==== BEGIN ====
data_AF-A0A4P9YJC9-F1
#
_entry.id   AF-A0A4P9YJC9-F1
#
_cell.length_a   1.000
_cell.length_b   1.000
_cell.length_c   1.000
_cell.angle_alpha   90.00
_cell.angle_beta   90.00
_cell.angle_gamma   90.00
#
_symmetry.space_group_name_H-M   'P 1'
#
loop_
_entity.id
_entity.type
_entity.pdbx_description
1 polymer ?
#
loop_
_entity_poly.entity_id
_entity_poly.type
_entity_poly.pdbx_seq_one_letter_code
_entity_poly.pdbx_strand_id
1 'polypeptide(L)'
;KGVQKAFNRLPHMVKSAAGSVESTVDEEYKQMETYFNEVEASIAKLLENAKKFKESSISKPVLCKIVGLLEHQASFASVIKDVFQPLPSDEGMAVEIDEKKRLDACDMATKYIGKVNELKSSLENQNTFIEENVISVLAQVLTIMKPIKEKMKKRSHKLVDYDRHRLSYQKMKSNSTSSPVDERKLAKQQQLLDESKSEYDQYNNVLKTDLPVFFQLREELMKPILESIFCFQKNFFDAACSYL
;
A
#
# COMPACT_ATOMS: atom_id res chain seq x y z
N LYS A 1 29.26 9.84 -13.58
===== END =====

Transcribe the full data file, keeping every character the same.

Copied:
data_AF-A0A4P9YJC9-F1
#
_entry.id   AF-A0A4P9YJC9-F1
#
_cell.length_a   1.000
_cell.length_b   1.000
_cell.length_c   1.000
_cell.angle_alpha   90.00
_cell.angle_beta   90.00
_cell.angle_gamma   90.00
#
_symmetry.space_group_name_H-M   'P 1'
#
loop_
_entity.id
_entity.type
_entity.pdbx_description
1 polymer ?
#
loop_
_entity_poly.entity_id
_entity_poly.type
_entity_poly.pdbx_seq_one_letter_code
_entity_poly.pdbx_strand_id
1 'polypeptide(L)'
;KGVQKAFNRLPHMVKSAAGSVESTVDEEYKQMETYFNEVEASIAKLLENAKKFKESSISKPVLCKIVGLLEHQASFASVIKDVFQPLPSDEGMAVEIDEKKRLDACDMATKYIGKVNELKSSLENQNTFIEENVISVLAQVLTIMKPIKEKMKKRSHKLVDYDRHRLSYQKMKSNSTSSPVDERKLAKQQQLLDESKSEYDQYNNVLKTDLPVFFQLREELMKPILESIFCFQKNFFDAACSYL
;
A
#
# COMPACT_ATOMS: atom_id res chain seq x y z
N LYS A 1 29.26 9.84 -13.58